As insurers prod shippers to hire armed guards, firefights at sea may become more common
On Apr. 14 the International Chamber of Commerce reported that piracy at sea had hit a high. In the first three months of this year, according to the Chamber's International Maritime Bureau (IMB), there were 142 attacks, the most in the first quarter of any year since the bureau began keeping track in 1991. Somali pirates were responsible for most of these attacks, which have increased sharply in number and level of violence since 2006, when Islamist authority on Somalia's coast began to crumble in the wake of a U.S.-backed invasion by Ethiopian troops. Last year, pirates used guns in at least 243 attacks and took 1,181 hostages. They're now armed with AK-47s and rocket-propelled grenade launchers. They are taking bulk cargo carriers and oil tankers along with their crews and demanding multimillion-dollar ransoms.Previously:
To deal with this 21st century version of an ancient threat, ship owners, often at the behest of their insurers, have resorted to tactics old and new—from razor wire, fire hoses, and safe rooms to long-range acoustic devices, laser dazzlers, and, most recently, armed guards. They have little choice: While international naval forces have stepped up their patrols—creating an Internationally Recommended Transit Corridor through the Gulf of Aden in 2009—pirates have responded by widening the scope of their operations, launching their skiffs from mother ships far out at sea as well as from the coast. As a result, the shipping industry has largely been left to fend for itself in some 2.8 million square miles of ocean. "The Indian Ocean is basically the rawest Wild West," says John S. Burnett of Maritime & Underwater Security Consultants (MUSC) in London....MORE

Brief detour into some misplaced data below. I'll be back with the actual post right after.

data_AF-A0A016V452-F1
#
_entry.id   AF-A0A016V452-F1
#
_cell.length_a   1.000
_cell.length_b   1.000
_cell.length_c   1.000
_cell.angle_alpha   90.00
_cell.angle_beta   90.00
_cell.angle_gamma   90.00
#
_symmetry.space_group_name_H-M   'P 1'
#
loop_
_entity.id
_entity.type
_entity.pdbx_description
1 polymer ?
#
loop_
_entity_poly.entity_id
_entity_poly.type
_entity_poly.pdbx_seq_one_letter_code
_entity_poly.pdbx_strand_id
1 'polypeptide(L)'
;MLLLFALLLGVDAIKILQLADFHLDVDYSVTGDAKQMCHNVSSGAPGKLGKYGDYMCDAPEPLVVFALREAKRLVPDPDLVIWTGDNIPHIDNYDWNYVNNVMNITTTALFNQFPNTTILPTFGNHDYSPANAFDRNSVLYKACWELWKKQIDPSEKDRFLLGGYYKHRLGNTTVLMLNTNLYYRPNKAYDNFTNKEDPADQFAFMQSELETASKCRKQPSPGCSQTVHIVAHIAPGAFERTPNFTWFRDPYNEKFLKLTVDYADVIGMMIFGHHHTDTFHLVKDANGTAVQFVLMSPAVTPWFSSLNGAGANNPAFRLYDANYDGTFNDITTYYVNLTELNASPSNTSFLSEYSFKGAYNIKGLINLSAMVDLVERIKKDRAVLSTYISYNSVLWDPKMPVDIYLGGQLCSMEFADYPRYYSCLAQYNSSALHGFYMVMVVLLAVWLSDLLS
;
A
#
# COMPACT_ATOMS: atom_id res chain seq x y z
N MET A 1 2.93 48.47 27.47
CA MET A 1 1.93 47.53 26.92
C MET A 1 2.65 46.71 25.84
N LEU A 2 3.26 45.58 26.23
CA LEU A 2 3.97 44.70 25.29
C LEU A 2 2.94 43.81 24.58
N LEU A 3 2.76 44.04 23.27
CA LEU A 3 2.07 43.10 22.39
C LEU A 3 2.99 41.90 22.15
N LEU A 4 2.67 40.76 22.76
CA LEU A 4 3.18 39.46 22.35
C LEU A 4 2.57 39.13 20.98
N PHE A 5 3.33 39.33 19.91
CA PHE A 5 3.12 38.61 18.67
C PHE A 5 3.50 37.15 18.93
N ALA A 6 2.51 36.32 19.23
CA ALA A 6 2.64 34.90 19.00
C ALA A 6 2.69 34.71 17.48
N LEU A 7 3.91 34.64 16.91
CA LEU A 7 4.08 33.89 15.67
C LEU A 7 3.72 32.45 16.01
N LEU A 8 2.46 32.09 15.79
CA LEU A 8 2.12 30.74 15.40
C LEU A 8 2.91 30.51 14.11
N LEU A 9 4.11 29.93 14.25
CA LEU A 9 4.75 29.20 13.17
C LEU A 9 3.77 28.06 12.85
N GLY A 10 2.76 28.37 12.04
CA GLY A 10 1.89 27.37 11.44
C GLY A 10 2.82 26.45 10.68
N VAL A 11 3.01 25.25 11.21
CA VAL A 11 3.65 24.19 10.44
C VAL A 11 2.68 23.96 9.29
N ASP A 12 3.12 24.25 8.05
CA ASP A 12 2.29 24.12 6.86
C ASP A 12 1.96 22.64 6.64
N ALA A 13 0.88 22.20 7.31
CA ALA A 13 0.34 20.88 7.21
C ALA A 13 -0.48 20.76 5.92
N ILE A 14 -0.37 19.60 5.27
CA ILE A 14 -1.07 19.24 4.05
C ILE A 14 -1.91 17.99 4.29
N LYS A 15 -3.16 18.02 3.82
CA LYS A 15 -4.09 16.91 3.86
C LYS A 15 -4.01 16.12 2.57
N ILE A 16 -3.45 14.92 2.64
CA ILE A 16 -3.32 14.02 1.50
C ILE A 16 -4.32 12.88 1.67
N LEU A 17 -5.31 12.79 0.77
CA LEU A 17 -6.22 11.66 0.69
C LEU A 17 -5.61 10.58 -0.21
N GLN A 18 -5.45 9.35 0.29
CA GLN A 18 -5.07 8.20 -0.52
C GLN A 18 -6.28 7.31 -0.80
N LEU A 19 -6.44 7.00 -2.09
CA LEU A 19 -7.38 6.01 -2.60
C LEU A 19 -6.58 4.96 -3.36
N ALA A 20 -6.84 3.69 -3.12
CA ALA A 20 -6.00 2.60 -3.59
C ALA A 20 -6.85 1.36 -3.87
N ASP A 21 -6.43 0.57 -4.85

"Mace and Vomit: The Latest in Anti-Pirate Tech"
The pirate business has attracted our attention since the beginnings of the blog...."Somali sea gangs lure investors at pirate lair" and "A comparison of Piracy and Private Equity"
Oil: Somali Pirates Seize Supertanker, Smoke the Khat, Head for Home
Somali pirates set up "agencies" on three continents
Obama Reaches Out to 'Moderate' Pirate Community (and we plan to make a buck-o, or two)
UN Warns Piracy Threatens Somalia Lifeline
1) I didn't know a Navy had to ask permission to kill a pirate. You really can learn something new every day.
2) The New Yorker story, The Pirates’ Code, has a link to a recent paper by economist Peter Leeson called "An-arrgh-chy: The Law and Economics of Pirate Organization ":
“Nature, we see, teaches the most Illiterate the necessary Prudence for their Preservation . . . these Men whom we term, and not without Reason, the Scandal of human Nature, who were abandoned to all Vice, and lived by Rapine; when they judged it for their Interest . . . were strictly just . . . among themselves . . .”
—Captain Charles Johnson (1726-1728: 527)